Turns out the problem is much worse than we thought. An Osprey landing at a Memorial Day event on Staten Island injured a number of spectators when its gusts knocked some people over and brought tree limbs down on others. Dozens of people were sent running, according to media accounts. Seven people were treated at a hospital for cuts and bruises.

A Marine spokesman said the Marines on board saw what was happening, lowered the hatch and quickly ran out to aid the injured. The White House press office would doubtless respond the same way if reporters were in a similar situation. Well . . .

Blame the doors

Indiana Gov. Mitch Daniels's decision Friday to save money and wait until November to replace Mark Souder (R-Ind.), who resigned from Congress over that affair with a part-time staffer, also affords a bit of time to reflect on what to do when abstinence doesn't work -- especially for members of Congress.

One interesting suggestion came from Concerned Women for America chief executive Penny Nance. The liberal mainstream media made much of her statement at the time blaming Washington's "frat house environment" for Souder's long infidelity. But scant attention was given to her admonition that members observe the "common rules of etiquette that even major corporations follow," such as having office doors with windows.

Of course, chopping up hundreds of beautiful doors to install windows may not be such a good idea. Besides, wayward members can use low-tech blinds or shades to thwart the effort. Nance also called for "careful examination of employee-boss interaction."

Maybe there's something to that. Perhaps we could install video surveillance cameras? In offices here and in the home districts, in their cars, local parks, and so on.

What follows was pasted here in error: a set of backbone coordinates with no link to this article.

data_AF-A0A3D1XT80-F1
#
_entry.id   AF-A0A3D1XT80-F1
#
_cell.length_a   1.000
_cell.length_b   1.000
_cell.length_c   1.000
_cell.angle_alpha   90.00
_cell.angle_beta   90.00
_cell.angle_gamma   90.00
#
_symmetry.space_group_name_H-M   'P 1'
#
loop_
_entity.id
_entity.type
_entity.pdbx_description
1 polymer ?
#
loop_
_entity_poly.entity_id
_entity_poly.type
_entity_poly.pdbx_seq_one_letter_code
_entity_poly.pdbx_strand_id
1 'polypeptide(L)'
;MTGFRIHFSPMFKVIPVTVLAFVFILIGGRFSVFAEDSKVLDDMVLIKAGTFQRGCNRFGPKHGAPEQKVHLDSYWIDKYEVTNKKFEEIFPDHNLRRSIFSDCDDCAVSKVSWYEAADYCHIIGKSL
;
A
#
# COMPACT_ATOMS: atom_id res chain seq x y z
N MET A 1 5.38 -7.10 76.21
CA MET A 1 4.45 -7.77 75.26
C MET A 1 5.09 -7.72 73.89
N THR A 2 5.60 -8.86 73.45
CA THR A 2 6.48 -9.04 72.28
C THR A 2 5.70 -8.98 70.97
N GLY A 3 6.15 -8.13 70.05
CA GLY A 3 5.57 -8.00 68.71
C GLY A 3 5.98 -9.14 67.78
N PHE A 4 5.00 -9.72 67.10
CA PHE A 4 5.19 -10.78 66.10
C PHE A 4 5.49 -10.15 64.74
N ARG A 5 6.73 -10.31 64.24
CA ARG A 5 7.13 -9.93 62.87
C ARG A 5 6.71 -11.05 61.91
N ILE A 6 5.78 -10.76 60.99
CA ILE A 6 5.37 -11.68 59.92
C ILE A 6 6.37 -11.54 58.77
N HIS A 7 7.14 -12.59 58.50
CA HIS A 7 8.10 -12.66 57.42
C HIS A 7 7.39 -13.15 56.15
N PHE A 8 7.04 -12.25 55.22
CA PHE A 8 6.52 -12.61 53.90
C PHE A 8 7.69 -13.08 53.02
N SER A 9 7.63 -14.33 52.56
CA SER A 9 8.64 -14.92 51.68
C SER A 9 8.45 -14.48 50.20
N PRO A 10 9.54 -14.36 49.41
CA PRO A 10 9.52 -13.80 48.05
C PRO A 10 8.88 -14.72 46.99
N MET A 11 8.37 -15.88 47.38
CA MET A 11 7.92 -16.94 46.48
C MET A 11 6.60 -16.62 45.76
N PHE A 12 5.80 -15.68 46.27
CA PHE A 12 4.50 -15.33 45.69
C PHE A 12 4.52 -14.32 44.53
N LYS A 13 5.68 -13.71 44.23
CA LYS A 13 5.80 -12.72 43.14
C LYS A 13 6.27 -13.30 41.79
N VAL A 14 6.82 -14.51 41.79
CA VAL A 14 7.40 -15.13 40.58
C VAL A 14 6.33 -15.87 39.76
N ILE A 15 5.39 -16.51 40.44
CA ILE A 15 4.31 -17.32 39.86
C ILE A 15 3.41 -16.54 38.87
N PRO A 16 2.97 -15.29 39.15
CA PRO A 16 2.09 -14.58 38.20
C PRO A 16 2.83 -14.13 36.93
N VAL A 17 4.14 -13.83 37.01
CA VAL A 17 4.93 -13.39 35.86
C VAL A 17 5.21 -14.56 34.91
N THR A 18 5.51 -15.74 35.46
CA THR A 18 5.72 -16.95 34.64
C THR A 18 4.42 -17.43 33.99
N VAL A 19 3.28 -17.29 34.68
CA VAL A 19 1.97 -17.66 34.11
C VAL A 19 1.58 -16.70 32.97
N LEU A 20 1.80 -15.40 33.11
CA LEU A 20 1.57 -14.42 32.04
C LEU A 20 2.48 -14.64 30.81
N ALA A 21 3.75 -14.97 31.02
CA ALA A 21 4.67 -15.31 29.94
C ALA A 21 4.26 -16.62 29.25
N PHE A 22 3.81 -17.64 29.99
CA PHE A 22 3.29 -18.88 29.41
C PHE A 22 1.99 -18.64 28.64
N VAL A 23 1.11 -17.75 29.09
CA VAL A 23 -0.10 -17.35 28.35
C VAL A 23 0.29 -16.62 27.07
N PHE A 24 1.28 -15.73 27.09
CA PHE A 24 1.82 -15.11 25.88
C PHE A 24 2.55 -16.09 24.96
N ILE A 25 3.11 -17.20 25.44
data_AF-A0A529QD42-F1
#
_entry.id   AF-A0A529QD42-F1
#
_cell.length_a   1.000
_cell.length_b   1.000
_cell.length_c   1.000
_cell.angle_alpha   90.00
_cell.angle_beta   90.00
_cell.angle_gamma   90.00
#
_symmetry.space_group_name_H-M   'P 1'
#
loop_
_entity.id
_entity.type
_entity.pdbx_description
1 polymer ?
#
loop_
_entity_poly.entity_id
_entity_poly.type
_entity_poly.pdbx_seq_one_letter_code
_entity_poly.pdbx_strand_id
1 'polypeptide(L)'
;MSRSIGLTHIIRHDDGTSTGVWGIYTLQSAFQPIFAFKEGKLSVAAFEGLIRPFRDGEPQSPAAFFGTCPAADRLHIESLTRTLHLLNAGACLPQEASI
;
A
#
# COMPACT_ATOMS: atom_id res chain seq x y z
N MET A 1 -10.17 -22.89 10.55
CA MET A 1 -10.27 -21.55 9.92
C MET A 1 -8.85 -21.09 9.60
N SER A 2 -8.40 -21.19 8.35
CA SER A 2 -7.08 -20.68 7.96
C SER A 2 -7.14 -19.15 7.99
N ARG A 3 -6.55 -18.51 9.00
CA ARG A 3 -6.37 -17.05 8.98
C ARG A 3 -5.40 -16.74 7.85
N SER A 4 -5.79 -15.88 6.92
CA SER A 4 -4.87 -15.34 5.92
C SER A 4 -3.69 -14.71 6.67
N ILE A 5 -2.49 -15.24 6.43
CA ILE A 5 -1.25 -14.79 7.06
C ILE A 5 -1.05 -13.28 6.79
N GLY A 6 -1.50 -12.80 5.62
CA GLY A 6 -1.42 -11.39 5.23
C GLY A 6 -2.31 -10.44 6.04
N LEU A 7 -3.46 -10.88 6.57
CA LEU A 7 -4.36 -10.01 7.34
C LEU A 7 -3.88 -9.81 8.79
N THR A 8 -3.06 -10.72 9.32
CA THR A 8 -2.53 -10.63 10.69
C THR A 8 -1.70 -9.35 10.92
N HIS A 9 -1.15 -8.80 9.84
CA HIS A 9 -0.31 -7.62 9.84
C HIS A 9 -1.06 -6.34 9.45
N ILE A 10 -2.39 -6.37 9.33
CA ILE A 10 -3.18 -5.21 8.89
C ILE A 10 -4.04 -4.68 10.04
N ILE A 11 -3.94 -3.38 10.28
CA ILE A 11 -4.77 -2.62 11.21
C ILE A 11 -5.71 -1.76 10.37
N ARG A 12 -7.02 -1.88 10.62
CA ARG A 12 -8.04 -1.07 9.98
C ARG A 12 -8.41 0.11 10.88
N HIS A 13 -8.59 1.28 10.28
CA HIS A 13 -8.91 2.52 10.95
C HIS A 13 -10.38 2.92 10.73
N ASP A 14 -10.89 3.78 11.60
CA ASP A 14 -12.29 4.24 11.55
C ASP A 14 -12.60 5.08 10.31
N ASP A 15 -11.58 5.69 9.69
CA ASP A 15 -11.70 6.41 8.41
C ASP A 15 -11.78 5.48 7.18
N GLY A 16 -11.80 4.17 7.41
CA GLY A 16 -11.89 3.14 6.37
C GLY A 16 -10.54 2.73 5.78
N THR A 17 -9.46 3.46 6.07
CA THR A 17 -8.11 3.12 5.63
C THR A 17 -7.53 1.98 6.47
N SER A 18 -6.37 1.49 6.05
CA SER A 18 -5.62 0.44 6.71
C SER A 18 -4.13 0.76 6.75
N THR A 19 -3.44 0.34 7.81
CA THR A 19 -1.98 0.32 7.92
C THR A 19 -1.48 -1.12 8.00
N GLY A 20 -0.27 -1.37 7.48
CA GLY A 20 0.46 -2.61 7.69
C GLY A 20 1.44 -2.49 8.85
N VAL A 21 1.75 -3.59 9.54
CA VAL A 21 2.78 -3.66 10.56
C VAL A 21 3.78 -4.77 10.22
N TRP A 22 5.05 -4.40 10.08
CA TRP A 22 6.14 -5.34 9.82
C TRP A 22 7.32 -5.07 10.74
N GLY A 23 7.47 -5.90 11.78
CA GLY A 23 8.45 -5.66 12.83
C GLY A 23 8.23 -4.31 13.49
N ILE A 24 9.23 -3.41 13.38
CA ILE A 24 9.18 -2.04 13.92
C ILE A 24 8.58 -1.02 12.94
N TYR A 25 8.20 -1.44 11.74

Elbows to rub

"Tickets available!" says the e-mail about the Pentagon Federal Credit Union Foundation's black-tie gala Thursday night to raise money for military personnel and their families. Former secretary of state Condoleezza Rice is in town to give the keynote speech. Retired Gen. Barry McCaffrey, the former drug czar, presents Gen. Michael Hayden, former National Security Agency and CIA director, with the American Hero Award. A thousand bucks per person, up to $100,000 for "event underwriter."

For Rice fans who can't make the event, remember that you can still spend several days with her aboard a luxury ship late this summer on a 17-day Black Sea cruise. Former Soviet leader Mikhail Gorbachev and former defense secretary William Perry are among the keynote speakers on the cruise, sponsored by the Harvard Alumni Association and others. Cheap suites run you only $48,000 a couple; roomier ones cost $80,000.

If you're not a Rice fan, you can spend New Year's Eve with former secretary of state James A. Baker III, former top Pentagon official and most recently ambassador to Afghanistan Zalmay Khalilzad, television reporter Bill Moyers and others who will talk about the Middle East in a sea-land-air trip around the region. Same low fares.